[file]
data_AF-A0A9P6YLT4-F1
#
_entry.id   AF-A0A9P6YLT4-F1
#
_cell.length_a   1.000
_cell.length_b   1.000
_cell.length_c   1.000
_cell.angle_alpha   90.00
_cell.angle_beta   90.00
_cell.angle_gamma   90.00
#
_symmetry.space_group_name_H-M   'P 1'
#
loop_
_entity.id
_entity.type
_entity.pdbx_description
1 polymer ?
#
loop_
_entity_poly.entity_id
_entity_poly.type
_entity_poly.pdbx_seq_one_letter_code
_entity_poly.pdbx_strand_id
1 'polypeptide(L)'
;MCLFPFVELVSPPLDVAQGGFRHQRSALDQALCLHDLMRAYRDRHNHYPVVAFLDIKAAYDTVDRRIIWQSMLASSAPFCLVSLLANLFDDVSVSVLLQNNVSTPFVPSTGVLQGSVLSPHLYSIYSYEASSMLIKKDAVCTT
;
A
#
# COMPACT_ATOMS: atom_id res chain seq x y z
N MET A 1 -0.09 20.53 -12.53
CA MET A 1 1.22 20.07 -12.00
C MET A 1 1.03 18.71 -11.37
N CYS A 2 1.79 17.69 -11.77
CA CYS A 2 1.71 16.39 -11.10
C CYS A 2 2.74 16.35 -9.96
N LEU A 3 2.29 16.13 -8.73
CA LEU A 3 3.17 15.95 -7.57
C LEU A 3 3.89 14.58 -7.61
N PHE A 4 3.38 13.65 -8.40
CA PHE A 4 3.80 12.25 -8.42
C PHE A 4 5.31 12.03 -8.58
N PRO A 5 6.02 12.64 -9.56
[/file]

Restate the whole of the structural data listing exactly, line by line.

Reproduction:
data_AF-A0A9P6YLT4-F1
#
_entry.id   AF-A0A9P6YLT4-F1
#
_cell.length_a   1.000
_cell.length_b   1.000
_cell.length_c   1.000
_cell.angle_alpha   90.00
_cell.angle_beta   90.00
_cell.angle_gamma   90.00
#
_symmetry.space_group_name_H-M   'P 1'
#
loop_
_entity.id
_entity.type
_entity.pdbx_description
1 polymer ?
#
loop_
_entity_poly.entity_id
_entity_poly.type
_entity_poly.pdbx_seq_one_letter_code
_entity_poly.pdbx_strand_id
1 'polypeptide(L)'
;MCLFPFVELVSPPLDVAQGGFRHQRSALDQALCLHDLMRAYRDRHNHYPVVAFLDIKAAYDTVDRRIIWQSMLASSAPFCLVSLLANLFDDVSVSVLLQNNVSTPFVPSTGVLQGSVLSPHLYSIYSYEASSMLIKKDAVCTT
;
A
#
# COMPACT_ATOMS: atom_id res chain seq x y z
N MET A 1 -0.09 20.53 -12.53
CA MET A 1 1.22 20.07 -12.00
C MET A 1 1.03 18.71 -11.37
N CYS A 2 1.79 17.69 -11.77
CA CYS A 2 1.71 16.39 -11.10
C CYS A 2 2.74 16.35 -9.96
N LEU A 3 2.29 16.13 -8.73
CA LEU A 3 3.17 15.95 -7.57
C LEU A 3 3.89 14.58 -7.61
N PHE A 4 3.38 13.65 -8.40
CA PHE A 4 3.80 12.25 -8.42
C PHE A 4 5.31 12.03 -8.58
N PRO A 5 6.02 12.64 -9.56